Brook House detention centre should be shut down after “shocking patterns of inhumane and degrading treatment” were uncovered, a public inquiry has heard.
Evidence given during the investigation into abuse allegations at the West Sussex immigration removal centre (IRC) between April and August 2017 has been described as “harrowing”.
The inquiry was launched after BBC’s Panorama programme broadcast undercover footage in September of that year showing alleged assaults, humiliation and verbal abuse of detainees by officers at the then G4S-run site.
Stephanie Harrison QC, one of the lawyers representing people who were held at Brook House and are taking part in the inquiry, urged chairwoman Kate Eves to follow conclusions of independent inspectors that the site was an “inappropriate environment” for detainees.
She said: “This inquiry should conclude that Brook House must not be used as an IRC going forward.”
Describing the evidence heard as “harrowing”, she said in a closing statement on Tuesday: “This inquiry has uncovered shocking patterns of inhumane and degrading treatment of detained persons, central to which is the overuse and misuse of force and segregation, often without lawful authority or justification, and segregation used as punishment.
“The normalisation of the infliction of pain, suffering and humiliation, even whilst detained when naked. In addition, we’ve seen extensive evidence of the pervasive violent, derogatory and debasing verbal abuse.
“And in addition, racism – vitriolic, casual, and institutional – underscored by an underlying lack of empathy, even when individuals are at their most distressed and vulnerable, even in life or potentially life-threatening situations.”
Ten members of staff were dismissed or resigned in the wake of the broadcast.
No prosecutions were brought after a police investigation, but two former detainees successfully argued a full independent investigation was needed.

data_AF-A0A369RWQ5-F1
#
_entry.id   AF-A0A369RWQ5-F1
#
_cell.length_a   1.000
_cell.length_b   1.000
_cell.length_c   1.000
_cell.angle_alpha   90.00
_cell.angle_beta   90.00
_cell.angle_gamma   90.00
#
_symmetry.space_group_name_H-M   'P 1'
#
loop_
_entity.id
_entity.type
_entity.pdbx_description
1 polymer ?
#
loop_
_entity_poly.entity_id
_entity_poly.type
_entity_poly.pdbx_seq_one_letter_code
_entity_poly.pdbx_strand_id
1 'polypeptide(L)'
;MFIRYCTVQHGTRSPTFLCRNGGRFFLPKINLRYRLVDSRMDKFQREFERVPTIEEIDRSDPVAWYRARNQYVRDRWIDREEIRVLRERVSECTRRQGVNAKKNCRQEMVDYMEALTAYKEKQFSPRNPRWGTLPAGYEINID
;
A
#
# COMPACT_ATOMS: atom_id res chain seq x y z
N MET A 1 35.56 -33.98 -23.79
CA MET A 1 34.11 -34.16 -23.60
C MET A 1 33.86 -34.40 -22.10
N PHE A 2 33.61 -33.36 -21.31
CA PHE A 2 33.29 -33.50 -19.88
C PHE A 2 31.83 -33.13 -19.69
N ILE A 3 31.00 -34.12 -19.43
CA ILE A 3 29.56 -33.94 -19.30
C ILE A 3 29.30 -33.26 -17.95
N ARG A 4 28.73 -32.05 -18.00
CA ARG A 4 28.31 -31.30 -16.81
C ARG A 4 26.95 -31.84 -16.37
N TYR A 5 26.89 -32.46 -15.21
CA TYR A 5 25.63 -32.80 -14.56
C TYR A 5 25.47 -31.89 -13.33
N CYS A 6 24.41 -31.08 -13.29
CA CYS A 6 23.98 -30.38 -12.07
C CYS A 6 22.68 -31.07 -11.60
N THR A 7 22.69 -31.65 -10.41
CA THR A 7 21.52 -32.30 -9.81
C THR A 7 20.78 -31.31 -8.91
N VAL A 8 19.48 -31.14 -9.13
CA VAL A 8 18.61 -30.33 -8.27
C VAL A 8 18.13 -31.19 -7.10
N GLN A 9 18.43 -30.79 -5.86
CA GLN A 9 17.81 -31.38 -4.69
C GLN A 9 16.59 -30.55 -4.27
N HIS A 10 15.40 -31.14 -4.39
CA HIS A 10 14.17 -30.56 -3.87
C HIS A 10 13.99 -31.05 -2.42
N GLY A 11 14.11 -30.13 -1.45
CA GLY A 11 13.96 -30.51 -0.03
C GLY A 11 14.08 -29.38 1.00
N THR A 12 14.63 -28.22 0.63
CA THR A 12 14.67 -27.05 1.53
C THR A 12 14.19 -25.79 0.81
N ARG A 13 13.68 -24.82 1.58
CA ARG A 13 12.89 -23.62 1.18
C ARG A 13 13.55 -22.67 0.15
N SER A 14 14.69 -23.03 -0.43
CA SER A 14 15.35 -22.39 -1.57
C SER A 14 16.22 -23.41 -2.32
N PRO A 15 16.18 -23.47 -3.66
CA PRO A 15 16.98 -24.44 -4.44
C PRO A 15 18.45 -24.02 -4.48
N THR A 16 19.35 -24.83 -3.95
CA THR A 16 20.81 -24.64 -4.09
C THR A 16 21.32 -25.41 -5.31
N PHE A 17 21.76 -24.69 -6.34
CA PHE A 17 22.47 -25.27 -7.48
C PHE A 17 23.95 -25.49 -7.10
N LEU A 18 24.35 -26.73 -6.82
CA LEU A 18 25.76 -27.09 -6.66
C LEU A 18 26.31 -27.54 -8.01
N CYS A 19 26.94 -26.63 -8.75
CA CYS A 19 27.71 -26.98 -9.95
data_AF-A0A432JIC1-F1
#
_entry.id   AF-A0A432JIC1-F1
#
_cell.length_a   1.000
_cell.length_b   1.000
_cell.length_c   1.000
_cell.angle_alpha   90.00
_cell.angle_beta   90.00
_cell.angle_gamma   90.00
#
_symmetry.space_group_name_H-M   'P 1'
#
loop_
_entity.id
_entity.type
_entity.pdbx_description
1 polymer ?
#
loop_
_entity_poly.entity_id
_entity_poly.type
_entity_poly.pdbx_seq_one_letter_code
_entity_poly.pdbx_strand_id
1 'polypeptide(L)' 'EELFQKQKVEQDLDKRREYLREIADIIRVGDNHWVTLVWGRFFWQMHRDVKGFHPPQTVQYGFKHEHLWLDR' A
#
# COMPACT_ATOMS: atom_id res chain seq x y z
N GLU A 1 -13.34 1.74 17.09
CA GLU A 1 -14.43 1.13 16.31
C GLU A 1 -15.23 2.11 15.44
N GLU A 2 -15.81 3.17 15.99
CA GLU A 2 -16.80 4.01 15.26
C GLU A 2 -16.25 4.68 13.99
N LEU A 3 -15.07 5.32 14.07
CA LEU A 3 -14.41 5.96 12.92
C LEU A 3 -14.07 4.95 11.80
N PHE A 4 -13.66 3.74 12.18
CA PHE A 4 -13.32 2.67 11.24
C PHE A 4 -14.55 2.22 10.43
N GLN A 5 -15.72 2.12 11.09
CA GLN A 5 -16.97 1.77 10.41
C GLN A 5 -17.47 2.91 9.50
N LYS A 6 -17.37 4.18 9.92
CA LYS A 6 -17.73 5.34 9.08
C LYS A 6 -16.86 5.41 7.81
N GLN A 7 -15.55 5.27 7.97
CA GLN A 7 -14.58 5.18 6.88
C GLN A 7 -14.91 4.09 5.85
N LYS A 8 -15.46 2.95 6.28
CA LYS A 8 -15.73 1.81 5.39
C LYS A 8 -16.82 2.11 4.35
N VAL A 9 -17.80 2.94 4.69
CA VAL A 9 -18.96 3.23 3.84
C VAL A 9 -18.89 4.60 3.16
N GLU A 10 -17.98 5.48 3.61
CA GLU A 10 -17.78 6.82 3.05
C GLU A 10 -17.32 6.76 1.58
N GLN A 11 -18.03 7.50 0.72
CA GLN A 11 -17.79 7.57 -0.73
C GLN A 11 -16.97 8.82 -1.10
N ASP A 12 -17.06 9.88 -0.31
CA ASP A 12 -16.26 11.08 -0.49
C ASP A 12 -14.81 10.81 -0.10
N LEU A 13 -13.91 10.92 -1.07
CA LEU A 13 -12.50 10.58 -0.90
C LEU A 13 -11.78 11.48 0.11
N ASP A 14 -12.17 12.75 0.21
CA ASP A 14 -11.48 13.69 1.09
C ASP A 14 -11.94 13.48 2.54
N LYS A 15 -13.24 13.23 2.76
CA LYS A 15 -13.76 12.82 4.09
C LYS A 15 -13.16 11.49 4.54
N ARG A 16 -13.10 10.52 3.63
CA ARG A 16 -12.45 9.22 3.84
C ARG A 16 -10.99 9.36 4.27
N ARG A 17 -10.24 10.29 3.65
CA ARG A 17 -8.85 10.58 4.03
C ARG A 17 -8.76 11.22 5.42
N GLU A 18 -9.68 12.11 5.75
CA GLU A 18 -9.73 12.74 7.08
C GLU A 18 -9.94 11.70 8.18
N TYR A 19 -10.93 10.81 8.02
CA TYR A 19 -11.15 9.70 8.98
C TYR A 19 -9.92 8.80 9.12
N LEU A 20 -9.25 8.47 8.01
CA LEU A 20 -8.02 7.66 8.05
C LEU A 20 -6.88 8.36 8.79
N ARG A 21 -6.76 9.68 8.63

Ms Harrison told the hearing that several officers whose misconduct “has only been fully exposed by the inquiry” still work at Brook House, with some having been promoted.
The evidence of senior Home Office officials “confirm a state body that is driven by political imperatives to sacrifice welfare on the altar of enforcement and administrative convenience”, she said as she described the department as putting “cost-cutting over safety and care”.
Details heard by the inquiry “confirmed the utter disinterest in criticisms of its actions, failures of its policies and practices – whether by oversight bodies, judges, coroners or its own appointed reviewer.
“It is clearly cavalier about its legal duties and the adverse impacts on those it detains and is apparently indifferent to ensuring the necessary changes to prevent the repeated abuse and mistreatment occur,” she added.
On Monday, the Home Office’s director of immigration detention and escorting services Phil Riley apologised to detainees involved in the “distressing incidents” exposed by Panorama and over “failures” in the Brook House contract.
He told the inquiry: “I would also like to take the chance … to apologise to the people at Brook House in 2017 who suffered the distressing incidents we saw in Panorama.
“I have reflected over the period and the failures in the contract, in the level of Home Office supervision, are deeply distressing for everybody and I would like to open today just to apologise about that.”
The inquiry has now finished hearing evidence. Closing statements will continue on Wednesday before Ms Eves concludes the sessions to consider her findings, which are expected to be published in due course.